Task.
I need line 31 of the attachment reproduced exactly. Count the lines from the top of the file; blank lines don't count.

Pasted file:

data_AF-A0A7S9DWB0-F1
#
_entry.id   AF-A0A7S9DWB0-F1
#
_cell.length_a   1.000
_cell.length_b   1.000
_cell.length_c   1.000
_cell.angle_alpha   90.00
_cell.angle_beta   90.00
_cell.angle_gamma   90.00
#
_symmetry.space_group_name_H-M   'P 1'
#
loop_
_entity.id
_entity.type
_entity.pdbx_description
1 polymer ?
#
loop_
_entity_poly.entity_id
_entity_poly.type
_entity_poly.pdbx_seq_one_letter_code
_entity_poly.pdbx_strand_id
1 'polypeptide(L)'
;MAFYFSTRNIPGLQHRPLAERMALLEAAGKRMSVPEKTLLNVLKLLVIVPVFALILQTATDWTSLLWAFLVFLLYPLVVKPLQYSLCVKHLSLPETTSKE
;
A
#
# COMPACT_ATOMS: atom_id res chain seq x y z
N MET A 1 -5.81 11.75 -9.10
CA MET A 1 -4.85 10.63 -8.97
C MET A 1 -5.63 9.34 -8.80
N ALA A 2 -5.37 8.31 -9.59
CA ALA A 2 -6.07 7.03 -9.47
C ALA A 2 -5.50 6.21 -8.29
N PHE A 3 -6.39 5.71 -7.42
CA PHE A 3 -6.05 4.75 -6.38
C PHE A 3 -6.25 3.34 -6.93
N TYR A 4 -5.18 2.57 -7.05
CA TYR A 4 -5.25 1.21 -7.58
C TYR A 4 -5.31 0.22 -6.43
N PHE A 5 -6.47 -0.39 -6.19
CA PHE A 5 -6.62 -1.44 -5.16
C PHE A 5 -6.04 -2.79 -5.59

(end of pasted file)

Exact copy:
N MET A 1 -5.81 11.75 -9.10